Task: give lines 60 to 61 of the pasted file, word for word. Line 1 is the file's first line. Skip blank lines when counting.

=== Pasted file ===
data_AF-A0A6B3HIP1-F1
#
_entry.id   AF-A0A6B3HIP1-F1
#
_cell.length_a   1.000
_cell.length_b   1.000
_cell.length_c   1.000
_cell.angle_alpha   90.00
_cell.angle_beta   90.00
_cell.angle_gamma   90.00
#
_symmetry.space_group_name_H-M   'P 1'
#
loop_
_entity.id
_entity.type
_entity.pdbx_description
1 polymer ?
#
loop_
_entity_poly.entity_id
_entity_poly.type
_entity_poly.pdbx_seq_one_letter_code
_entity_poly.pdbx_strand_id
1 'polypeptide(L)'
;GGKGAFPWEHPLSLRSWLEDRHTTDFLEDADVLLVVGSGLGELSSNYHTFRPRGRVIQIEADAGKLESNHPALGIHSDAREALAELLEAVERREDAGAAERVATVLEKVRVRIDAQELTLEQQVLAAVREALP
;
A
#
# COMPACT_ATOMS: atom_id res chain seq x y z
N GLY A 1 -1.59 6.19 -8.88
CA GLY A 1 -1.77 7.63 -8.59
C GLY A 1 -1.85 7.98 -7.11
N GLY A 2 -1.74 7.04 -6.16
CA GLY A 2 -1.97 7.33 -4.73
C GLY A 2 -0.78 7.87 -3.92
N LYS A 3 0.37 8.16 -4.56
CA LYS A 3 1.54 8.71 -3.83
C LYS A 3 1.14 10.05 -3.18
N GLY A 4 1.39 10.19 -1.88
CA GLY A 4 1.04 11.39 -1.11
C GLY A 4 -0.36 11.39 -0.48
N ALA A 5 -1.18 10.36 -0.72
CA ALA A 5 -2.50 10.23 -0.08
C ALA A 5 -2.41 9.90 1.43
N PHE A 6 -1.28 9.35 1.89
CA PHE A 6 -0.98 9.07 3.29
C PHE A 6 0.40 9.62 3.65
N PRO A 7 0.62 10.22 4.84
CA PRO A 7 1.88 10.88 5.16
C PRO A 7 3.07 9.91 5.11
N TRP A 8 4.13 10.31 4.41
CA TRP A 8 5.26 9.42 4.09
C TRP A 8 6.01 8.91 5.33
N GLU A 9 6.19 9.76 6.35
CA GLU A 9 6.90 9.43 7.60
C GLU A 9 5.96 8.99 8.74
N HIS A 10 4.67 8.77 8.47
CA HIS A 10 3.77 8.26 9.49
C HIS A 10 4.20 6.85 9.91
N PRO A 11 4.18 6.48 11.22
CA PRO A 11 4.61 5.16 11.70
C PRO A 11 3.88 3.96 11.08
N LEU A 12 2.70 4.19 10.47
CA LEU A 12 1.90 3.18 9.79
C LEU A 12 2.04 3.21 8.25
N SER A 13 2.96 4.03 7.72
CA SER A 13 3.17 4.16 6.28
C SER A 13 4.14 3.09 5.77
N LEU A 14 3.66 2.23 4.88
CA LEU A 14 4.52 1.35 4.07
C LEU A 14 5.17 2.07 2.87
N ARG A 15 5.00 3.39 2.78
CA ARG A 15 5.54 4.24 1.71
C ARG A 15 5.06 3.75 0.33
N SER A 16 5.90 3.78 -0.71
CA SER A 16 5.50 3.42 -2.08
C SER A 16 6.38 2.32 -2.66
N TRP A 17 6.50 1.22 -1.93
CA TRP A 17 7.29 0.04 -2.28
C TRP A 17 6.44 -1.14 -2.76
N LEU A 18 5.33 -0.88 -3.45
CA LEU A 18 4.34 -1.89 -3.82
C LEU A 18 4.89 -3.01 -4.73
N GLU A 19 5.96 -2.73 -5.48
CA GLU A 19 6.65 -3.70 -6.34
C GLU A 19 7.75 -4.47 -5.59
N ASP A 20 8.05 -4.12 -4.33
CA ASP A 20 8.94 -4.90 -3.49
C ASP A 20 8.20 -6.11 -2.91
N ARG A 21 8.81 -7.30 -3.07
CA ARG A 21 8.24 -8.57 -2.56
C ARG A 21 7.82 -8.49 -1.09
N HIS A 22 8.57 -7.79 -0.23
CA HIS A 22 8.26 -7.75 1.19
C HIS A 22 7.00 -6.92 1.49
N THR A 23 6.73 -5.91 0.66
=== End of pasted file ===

C HIS A 10 4.20 6.85 9.91
N PRO A 11 4.18 6.48 11.22